In the beginning I used any recycled boxes and pretty wallpaper to wrap in. This was fine at the start, but as my business grew, so did my presentation. Using proper parcel boxes of the right size really looked professional and so with attention to detail I started hand-printing my own brown parcel paper secured with thin string finished in a bow. I strongly recommend your first investment should be the right box for your items to be packed in. Bulk buying tissue, ribbon and string works out really cheap per parcel, just a few pence, if you have the funds to invest at the start. Some folks feel having lavish parcels is a waste of money, it all just goes in the bin, but I know that with a few pence worth of organza ribbon and a 1/4 sheet of 1p tissue paper your parcel can go from nothing special to a real treat for your customer. People like and remember these things!


Getting the shipping wrong can cost you a fortune

Setting your shipping may seem scary but take your time, fill everything in and once it is done the profile you have made can be used for similar listings, or copied to create a new profile.

  • It is important to know how heavy your item is with all of its packing so you can set the postage costs correctly.

  • Etsy likes you to offer free postage (though it isn't actually free as you stick the postage costs onto the price of the item). I have tried both free and charged postage and it's made no difference. I believe in transparency and honesty so customers know exactly what they are paying for and so I always charge the exact cost of the stamp and offer refunds for combined items. This is one of the statements in my 'shop announcements' and I always mention any postal refunds in my 'confirmation of order' message.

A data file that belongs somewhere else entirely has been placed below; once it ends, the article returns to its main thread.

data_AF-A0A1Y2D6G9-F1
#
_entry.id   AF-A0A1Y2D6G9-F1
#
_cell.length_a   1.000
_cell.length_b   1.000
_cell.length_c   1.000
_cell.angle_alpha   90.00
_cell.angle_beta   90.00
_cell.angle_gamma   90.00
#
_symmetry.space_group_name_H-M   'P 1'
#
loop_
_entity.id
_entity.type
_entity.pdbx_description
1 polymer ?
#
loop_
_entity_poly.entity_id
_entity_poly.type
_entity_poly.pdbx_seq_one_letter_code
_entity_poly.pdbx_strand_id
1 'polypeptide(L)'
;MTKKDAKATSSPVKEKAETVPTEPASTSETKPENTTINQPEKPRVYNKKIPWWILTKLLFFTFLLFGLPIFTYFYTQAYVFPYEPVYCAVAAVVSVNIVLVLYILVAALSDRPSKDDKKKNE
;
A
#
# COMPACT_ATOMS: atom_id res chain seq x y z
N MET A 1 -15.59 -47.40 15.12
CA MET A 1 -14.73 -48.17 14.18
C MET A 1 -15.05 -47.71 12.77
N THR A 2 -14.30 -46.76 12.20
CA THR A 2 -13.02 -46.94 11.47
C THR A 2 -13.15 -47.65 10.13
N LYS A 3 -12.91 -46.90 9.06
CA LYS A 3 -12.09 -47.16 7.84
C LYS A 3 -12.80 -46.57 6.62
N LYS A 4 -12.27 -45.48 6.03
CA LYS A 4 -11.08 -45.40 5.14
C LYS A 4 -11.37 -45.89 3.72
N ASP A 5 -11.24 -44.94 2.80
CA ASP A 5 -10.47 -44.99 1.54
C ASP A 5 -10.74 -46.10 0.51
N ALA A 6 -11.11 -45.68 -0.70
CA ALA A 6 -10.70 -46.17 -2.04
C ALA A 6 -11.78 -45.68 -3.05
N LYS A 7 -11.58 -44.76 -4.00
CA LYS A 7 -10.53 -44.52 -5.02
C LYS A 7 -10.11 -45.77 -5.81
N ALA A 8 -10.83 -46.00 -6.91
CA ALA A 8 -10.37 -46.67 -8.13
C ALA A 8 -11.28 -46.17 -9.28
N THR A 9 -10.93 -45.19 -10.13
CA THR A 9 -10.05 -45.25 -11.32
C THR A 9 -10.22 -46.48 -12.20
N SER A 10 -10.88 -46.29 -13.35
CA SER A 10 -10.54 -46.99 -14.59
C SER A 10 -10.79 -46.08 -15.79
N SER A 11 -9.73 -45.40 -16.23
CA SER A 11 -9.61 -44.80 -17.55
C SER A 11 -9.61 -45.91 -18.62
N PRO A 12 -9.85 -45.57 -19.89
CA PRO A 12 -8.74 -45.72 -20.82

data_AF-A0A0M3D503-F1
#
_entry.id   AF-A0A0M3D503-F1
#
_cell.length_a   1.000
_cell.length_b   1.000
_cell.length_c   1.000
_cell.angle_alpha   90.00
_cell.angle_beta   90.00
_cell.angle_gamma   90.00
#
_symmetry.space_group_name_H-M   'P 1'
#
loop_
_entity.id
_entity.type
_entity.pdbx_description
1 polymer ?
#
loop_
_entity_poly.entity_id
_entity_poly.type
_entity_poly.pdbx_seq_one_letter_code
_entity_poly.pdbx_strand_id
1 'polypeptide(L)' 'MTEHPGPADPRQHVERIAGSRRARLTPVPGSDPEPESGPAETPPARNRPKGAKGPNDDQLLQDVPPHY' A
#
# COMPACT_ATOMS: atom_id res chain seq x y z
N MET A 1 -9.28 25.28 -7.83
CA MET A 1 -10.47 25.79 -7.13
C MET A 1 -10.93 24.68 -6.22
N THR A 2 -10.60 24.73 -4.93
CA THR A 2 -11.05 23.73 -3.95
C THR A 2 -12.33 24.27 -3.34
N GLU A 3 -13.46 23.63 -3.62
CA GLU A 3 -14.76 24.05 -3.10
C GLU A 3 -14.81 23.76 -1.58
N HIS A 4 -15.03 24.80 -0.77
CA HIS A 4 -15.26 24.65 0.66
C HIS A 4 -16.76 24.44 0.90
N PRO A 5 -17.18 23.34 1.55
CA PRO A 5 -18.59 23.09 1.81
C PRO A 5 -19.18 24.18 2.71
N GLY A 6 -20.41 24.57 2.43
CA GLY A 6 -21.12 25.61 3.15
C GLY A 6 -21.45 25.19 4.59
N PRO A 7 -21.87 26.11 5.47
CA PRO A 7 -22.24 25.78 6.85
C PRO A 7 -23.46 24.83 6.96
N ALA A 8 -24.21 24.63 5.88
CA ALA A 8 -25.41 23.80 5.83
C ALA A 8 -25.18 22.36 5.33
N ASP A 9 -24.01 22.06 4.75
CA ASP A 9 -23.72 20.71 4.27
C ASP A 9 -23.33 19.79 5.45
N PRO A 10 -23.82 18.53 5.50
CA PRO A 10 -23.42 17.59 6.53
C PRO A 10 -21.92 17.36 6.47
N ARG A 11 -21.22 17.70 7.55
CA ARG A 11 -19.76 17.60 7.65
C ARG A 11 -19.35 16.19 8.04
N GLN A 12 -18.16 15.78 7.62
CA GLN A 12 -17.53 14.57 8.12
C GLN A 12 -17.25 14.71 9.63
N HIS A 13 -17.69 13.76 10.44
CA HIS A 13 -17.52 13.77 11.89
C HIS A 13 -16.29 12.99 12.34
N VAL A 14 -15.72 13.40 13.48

• Set your 'Processing Time' for as quick as possible. This is the time it will take you to post the item from the time of ordering. Eg my pre-made Stuff is set as 1 business day and many times I post the same day of the order, whereas poms that are made to order I have a 3-5 day processing time. If you offer made to order bear in mind you could have 10 orders at once...does your processing time allow for you being really busy, you can't miss a deadline (see Being Naughty at the end of this blog)! I have always sent out my made to order Stuff by the next day. As soon as I get a commission I drop everything and get making. You want those projects made and sent asap so you can keep within your set processing time.

  • You MUST remember to adjust your processing times if the postal service closes for holidays. If you offer next day posting you'll get caught out on bank holidays as the post office is closed on Mondays. Therefore extend your shipping to two days and add a note in your shop announcements explaining why, especially if you ship internationally. Remember attention to detail! Don't forget to change it back again after the holiday. I actually list all the UK bank holidays in my shop announcements for international shoppers so they know when there may be a delay in shipping